The world of Twitter and blogging is a cook's dream, because there are literally hundreds of chefs now offering their advice and recipes online, free of charge. It can get to be a bit of information overload, so to keep it simple, I've listed my two favorite sites/blogs for up-to-date recipes coupled with beautifully artistic photographs -
DELICIOUS DAYS - http://www.deliciousdays.com/
LA TARTINE GOURMANDE -http://www.latartinegourmande.com/
AN INSPIRING CHEF
Chef Daniel Barber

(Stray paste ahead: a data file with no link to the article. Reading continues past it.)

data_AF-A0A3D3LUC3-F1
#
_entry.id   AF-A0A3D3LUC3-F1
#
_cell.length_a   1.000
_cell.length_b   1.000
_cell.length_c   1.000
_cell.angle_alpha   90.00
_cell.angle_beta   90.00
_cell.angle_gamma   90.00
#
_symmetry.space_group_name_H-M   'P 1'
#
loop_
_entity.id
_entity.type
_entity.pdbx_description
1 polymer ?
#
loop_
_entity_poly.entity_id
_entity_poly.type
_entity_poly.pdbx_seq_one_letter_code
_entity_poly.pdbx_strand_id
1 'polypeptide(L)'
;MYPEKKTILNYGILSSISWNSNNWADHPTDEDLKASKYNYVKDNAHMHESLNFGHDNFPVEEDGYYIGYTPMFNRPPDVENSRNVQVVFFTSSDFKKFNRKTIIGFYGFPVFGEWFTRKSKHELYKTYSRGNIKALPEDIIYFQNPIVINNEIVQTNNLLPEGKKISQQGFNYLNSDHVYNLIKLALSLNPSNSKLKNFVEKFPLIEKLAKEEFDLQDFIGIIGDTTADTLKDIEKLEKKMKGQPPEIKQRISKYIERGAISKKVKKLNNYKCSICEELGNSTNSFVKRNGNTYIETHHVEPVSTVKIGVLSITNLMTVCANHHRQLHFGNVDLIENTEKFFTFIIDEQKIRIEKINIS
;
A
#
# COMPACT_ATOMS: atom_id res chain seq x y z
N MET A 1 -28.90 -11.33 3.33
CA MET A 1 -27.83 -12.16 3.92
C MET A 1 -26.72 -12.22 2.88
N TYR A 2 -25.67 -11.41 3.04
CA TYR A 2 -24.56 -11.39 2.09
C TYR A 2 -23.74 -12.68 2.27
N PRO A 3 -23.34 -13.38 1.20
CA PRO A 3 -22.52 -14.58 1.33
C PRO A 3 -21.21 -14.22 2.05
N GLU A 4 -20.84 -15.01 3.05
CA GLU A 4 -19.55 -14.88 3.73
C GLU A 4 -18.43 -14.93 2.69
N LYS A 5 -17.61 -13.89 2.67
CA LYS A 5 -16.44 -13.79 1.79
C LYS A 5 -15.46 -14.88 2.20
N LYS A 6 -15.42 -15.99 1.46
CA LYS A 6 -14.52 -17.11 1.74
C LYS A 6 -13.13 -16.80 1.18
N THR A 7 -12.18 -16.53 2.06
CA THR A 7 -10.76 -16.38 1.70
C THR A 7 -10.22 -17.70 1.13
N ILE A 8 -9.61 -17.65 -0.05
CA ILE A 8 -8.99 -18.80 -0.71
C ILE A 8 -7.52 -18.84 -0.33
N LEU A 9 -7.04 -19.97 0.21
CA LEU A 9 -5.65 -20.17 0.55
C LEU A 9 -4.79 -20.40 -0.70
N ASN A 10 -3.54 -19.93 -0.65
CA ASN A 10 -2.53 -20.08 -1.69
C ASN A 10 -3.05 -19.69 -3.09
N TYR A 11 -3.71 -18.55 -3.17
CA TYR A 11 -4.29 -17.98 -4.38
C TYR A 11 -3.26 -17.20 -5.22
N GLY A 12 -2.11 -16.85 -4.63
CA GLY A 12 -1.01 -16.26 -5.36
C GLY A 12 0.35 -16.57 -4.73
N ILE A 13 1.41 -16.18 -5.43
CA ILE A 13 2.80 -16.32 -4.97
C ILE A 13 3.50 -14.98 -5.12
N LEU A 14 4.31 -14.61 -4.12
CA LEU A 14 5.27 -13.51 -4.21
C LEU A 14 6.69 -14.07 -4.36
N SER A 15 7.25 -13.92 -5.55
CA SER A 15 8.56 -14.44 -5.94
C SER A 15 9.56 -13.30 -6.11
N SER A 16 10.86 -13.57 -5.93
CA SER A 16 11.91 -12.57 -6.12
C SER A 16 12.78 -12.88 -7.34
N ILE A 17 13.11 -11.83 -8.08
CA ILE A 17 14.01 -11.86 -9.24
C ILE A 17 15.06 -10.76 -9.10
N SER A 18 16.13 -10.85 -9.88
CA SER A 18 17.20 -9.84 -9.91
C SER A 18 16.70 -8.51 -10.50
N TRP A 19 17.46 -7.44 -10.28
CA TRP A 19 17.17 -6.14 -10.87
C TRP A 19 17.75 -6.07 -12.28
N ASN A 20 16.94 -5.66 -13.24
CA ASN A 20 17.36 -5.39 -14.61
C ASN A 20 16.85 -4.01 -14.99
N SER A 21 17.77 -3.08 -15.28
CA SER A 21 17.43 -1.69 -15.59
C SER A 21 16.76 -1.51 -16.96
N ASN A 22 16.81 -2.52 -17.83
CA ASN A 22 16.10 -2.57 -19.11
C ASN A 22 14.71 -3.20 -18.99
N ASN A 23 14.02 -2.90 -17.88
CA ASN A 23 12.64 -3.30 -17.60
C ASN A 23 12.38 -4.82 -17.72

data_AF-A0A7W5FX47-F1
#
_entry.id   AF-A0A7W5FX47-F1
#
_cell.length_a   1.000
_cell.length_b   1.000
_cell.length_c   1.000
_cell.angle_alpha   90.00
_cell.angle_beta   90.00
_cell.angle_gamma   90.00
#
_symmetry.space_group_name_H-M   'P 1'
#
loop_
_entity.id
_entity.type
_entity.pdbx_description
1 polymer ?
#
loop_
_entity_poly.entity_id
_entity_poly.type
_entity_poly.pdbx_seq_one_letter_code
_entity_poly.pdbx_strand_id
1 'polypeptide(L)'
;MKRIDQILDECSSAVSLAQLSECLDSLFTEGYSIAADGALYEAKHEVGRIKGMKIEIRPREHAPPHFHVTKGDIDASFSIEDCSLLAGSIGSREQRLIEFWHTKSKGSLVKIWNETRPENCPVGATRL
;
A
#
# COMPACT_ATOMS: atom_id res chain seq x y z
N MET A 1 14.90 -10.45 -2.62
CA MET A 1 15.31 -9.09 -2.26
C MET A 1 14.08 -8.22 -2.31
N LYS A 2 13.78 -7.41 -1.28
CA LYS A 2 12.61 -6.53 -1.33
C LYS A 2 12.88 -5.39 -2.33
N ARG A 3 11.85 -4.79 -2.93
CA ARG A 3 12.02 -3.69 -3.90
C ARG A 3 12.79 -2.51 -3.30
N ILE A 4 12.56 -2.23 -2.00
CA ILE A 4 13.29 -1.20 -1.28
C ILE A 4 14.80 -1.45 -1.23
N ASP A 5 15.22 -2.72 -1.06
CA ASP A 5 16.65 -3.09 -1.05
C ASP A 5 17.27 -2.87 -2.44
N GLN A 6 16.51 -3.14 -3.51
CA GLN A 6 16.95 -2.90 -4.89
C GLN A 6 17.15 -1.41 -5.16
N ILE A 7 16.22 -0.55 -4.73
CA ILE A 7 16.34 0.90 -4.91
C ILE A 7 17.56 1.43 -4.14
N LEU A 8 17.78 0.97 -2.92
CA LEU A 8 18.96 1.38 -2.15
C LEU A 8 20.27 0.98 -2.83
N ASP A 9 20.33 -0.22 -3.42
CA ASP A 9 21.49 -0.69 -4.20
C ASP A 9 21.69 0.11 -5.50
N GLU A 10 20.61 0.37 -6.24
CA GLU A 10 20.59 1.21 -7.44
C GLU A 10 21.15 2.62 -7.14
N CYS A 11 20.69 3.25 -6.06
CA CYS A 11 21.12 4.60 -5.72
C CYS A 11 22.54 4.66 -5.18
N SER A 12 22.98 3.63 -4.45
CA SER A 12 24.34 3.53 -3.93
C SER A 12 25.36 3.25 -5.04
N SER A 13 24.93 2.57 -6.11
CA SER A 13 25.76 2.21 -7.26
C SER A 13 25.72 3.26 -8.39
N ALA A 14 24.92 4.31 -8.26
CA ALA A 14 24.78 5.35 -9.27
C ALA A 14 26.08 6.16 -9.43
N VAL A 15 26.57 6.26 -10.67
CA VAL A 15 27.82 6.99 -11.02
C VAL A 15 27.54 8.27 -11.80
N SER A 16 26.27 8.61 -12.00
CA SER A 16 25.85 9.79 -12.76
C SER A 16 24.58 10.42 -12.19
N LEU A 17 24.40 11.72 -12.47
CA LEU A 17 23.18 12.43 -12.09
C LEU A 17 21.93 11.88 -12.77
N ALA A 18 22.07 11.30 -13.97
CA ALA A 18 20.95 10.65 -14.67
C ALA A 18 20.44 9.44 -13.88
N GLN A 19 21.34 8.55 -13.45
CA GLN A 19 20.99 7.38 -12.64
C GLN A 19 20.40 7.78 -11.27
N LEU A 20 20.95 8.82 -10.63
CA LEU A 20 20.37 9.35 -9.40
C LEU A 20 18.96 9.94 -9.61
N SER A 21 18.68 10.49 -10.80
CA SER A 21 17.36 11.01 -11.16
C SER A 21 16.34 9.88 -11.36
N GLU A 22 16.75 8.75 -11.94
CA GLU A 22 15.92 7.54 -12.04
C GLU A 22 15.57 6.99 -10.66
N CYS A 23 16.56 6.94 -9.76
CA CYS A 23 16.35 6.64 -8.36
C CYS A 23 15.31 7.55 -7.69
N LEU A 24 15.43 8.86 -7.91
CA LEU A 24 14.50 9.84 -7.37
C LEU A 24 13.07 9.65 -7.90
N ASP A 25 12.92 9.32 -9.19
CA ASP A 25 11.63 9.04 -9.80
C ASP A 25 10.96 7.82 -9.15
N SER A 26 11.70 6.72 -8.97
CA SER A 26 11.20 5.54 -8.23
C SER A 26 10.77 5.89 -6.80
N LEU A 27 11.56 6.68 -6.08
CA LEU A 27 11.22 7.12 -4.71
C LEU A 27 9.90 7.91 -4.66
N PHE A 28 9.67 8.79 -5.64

Chef Daniel Barber has paved the way for many chefs in the area when it comes to bringing farm fresh ingredients to the table. He does this with a keen artistic approach. Daniel, together with his brother and sister inlaw, David and Laureen Barber, own two Blue Hill restaurants; one in Manhattan (in Greenwich Village) and the other at the Stone Barns at Blue Hill in Pantico Hills, New York. The Barber's visions have created an amazing culinary experience on a beautiful farm at Stone Barns. Blue Hill at Stone Barns opened in 2004 within the Stone Barns Center for Food and Agriculture. It is a working year-round farm and educational center just 30 miles north of New York City. The farm sources from the surrounding fields and pasture, as well as other local farms in the Hudson Valley. I have known the Barber family for many years and before they were restaurateurs, their love for food and farm permeated their lives and their home. The vision for their restaurants seem to be rooted in the beautiful farm that their grandmother left to them in the Berkshire Mountains, the original Blue Hill. I encourage you to eat at the two restaurants. At Stone Barns the culinary experience may even rival the aesthetics of the beautiful farm and surrounding properties. The unique space they have created is worth a trip -the silo within the restaurant is stunning! Although it can be quite tough to get a reservation due the growing popularity of the restaurant, it is well worth the wait and may help to inspire you. Their website is beautiful as well - http://www.bluehillfarm.com/food/blue-hill-new-york